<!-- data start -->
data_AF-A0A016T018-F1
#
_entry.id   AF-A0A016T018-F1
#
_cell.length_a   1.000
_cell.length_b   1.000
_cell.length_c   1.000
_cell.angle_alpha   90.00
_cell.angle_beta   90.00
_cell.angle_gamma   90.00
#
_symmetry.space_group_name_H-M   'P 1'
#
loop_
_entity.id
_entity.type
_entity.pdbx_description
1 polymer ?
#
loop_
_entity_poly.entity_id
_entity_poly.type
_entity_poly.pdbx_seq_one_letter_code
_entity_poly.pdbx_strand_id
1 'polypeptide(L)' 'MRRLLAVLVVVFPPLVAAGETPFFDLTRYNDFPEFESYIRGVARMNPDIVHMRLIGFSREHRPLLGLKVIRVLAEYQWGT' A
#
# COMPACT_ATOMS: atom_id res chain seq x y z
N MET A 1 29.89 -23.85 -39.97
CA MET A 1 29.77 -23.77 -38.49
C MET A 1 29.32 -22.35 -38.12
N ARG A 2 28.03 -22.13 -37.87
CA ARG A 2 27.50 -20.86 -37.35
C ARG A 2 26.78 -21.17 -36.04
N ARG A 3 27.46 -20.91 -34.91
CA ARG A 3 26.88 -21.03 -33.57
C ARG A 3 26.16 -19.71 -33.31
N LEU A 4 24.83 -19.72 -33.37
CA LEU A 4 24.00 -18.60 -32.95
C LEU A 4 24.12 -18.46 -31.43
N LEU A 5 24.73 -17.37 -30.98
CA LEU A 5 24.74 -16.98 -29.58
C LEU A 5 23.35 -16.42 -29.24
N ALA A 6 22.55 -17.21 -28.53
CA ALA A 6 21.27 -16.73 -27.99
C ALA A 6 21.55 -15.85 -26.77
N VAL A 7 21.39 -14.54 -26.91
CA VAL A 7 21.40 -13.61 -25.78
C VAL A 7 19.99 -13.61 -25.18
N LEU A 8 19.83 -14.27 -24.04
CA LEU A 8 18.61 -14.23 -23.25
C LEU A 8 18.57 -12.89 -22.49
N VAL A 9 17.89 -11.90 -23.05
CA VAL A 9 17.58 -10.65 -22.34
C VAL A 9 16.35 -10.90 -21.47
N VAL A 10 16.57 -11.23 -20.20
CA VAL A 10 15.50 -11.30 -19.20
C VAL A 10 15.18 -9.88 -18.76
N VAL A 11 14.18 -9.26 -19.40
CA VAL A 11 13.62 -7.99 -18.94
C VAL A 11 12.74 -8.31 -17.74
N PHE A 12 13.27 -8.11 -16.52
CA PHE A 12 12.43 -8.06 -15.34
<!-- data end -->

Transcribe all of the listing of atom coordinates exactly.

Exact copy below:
data_AF-A0A016T018-F1
#
_entry.id   AF-A0A016T018-F1
#
_cell.length_a   1.000
_cell.length_b   1.000
_cell.length_c   1.000
_cell.angle_alpha   90.00
_cell.angle_beta   90.00
_cell.angle_gamma   90.00
#
_symmetry.space_group_name_H-M   'P 1'
#
loop_
_entity.id
_entity.type
_entity.pdbx_description
1 polymer ?
#
loop_
_entity_poly.entity_id
_entity_poly.type
_entity_poly.pdbx_seq_one_letter_code
_entity_poly.pdbx_strand_id
1 'polypeptide(L)' 'MRRLLAVLVVVFPPLVAAGETPFFDLTRYNDFPEFESYIRGVARMNPDIVHMRLIGFSREHRPLLGLKVIRVLAEYQWGT' A
#
# COMPACT_ATOMS: atom_id res chain seq x y z
N MET A 1 29.89 -23.85 -39.97
CA MET A 1 29.77 -23.77 -38.49
C MET A 1 29.32 -22.35 -38.12
N ARG A 2 28.03 -22.13 -37.87
CA ARG A 2 27.50 -20.86 -37.35
C ARG A 2 26.78 -21.17 -36.04
N ARG A 3 27.46 -20.91 -34.91
CA ARG A 3 26.88 -21.03 -33.57
C ARG A 3 26.16 -19.71 -33.31
N LEU A 4 24.83 -19.72 -33.37
CA LEU A 4 24.00 -18.60 -32.95
C LEU A 4 24.12 -18.46 -31.43
N LEU A 5 24.73 -17.37 -30.98
CA LEU A 5 24.74 -16.98 -29.58
C LEU A 5 23.35 -16.42 -29.24
N ALA A 6 22.55 -17.21 -28.53
CA ALA A 6 21.27 -16.73 -27.99
C ALA A 6 21.55 -15.85 -26.77
N VAL A 7 21.39 -14.54 -26.91
CA VAL A 7 21.40 -13.61 -25.78
C VAL A 7 19.99 -13.61 -25.18
N LEU A 8 19.83 -14.27 -24.04
CA LEU A 8 18.61 -14.23 -23.25
C LEU A 8 18.57 -12.89 -22.49
N VAL A 9 17.89 -11.90 -23.05
CA VAL A 9 17.58 -10.65 -22.34
C VAL A 9 16.35 -10.90 -21.47
N VAL A 10 16.57 -11.23 -20.20
CA VAL A 10 15.50 -11.30 -19.20
C VAL A 10 15.18 -9.88 -18.76
N VAL A 11 14.18 -9.26 -19.40
CA VAL A 11 13.62 -7.99 -18.94
C VAL A 11 12.74 -8.31 -17.74
N PHE A 12 13.27 -8.11 -16.52
CA PHE A 12 12.43 -8.06 -15.34